The Nature of God: Moses Maimonides

Moses Maimonides

The Basic Philosophical Problem

How is God not just a powerful alien?

  • Plato's complaints against Homer's Gods
  • Plato's challenge in the Republic (Virtue is intrinsically desirable), combined with a duty of reverence.

Perfection Theology

Plato's Strategy

Starting Point

Divine Perfection

The Divine is

  1. Unchanging
  2. An absolute unity
  3. In some respects, infinite (ἄπειρον---unlimited)

Duty of reverence is rather natural.

Might conflict with traditional religious teaching (e.g. in the case of the pre-eternity of the world, doctrine of Aristotle and Falsafia)


Biblical Challenges

  1. God's Body: Sits on a throne in revelation, has lapis lazuli under his feet when viewed by Moses in Exodus
  2. Appears to act, but action seems to require change
  3. Undergoes emotional changes (becomes angry, is appeased)

Mu'tazilite hermeneutic tradition: When scripture conflicts with reason, we read allegorically.


Augustine The Literal Interpretation of Genesis

It not infrequently happens that something about the earth, about the sky, about other elements of this world... may be known with the greatest certainty by reasoning or by experience, even by one who is not a Christian. It is too disgraceful and ruinous, though, and greatly to be avoided, that he [the non-Christian] should hear a Christian speaking so idiotically on these matters, and as if in accord with Christian writings, that he might say that he could scarcely keep from laughing when he saw how totally in error they are.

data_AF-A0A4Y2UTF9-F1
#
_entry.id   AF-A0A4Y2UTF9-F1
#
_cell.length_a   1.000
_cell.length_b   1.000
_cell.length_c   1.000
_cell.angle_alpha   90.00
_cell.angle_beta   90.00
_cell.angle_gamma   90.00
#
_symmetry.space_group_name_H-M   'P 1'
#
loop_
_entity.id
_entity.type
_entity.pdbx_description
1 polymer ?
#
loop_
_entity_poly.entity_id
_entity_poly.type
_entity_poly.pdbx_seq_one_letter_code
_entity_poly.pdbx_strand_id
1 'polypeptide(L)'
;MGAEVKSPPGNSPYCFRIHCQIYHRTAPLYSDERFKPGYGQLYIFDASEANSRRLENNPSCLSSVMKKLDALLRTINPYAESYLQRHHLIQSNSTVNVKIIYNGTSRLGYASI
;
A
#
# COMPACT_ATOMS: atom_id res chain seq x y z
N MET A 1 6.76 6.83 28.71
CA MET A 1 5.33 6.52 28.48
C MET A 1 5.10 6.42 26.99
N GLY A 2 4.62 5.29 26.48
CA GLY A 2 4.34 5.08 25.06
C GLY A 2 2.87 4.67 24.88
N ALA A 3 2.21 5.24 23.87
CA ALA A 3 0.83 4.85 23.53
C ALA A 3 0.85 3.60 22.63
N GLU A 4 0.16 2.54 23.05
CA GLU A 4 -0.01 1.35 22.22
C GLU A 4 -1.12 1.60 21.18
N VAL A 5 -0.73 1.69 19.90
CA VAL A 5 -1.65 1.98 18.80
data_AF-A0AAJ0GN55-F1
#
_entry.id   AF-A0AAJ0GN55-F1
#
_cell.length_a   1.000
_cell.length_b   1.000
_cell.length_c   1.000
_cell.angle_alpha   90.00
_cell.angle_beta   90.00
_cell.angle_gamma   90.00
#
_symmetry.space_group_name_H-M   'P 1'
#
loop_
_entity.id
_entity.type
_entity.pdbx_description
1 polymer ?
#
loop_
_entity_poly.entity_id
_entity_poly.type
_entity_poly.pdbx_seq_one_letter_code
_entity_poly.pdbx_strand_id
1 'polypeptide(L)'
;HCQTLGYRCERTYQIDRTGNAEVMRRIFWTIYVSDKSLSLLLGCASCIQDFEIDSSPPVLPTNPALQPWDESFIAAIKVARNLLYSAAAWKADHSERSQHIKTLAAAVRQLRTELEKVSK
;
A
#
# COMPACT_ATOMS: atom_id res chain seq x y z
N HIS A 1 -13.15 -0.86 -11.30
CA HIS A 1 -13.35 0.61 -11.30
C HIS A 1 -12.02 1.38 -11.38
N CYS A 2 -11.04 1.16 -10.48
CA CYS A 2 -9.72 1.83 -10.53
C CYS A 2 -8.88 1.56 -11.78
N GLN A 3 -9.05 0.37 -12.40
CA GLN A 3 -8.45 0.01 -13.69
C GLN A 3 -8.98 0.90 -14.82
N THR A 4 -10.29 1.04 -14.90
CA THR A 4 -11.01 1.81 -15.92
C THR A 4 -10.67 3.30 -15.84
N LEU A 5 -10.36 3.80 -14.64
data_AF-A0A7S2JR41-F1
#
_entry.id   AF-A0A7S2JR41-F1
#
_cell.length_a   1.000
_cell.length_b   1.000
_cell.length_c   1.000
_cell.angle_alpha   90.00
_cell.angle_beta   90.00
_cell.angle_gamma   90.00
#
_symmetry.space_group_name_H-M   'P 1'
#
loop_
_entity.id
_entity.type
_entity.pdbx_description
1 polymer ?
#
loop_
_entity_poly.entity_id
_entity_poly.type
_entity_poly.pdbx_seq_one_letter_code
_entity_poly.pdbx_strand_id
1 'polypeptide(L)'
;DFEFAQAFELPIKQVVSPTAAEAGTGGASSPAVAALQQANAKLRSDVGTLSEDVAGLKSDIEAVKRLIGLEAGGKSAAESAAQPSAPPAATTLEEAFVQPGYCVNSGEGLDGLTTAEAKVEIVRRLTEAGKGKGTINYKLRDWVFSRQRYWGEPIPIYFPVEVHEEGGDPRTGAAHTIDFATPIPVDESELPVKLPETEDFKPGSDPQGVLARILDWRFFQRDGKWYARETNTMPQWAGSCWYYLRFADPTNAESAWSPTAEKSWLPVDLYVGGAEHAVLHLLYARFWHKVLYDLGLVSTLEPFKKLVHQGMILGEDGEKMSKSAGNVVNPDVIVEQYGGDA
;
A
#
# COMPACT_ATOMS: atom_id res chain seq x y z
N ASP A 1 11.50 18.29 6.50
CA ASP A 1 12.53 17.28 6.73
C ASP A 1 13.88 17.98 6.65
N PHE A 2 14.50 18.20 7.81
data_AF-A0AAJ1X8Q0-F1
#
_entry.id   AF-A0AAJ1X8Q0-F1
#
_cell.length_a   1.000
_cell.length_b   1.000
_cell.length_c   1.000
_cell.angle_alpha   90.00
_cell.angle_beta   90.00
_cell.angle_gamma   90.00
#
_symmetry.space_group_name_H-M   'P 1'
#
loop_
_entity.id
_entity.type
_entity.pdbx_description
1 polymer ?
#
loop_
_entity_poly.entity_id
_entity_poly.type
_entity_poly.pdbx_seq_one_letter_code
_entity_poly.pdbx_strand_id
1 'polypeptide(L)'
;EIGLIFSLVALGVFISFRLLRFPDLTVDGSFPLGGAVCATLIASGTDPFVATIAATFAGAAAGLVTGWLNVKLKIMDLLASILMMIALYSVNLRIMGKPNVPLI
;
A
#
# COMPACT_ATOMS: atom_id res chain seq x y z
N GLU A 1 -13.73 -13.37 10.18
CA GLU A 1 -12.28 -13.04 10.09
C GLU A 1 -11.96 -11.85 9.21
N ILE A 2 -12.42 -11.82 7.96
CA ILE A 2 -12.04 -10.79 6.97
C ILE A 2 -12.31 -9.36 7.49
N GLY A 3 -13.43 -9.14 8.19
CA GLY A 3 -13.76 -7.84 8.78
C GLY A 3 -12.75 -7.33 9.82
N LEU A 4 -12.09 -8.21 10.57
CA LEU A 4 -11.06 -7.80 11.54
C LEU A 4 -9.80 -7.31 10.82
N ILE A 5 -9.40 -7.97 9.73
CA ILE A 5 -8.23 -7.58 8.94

What then, can we say about God?

Maimonides' Forms of Predication

  1. By Definition
  1. By Essential Attribute
  1. By Quality
    1. Intellectual and Moral
    2. Physical
    3. Passive or Emotional
    4. Relating to Quantity
  1. By Relation

Appears not to require plurality

But, requires commensurability

  1. By Action

A plurality of actions does not imply plurality of actors. Consider fire, or the human mind.

Mental Attributes

When God performs an action,

we ascribe to God that emotion which is the source of the act when performed by ourselves, and call Him an epithet which is is formed by a verb expressing that emotion.

The Via Negativa (Way of Negation)

Problem: Aren't you contradicting yourself, when you describe God as indescribable?

Solution: Only negative things---God is not composite, God is not limited, God is not definable, God is not feeble, God is not ignorant

Negative predication does not imply plurality.


  1. Is there really a difference between negative and positive predication?

  2. Is "the infinite" an essentially negative concept? (or is negation essentially tied up with infinity?)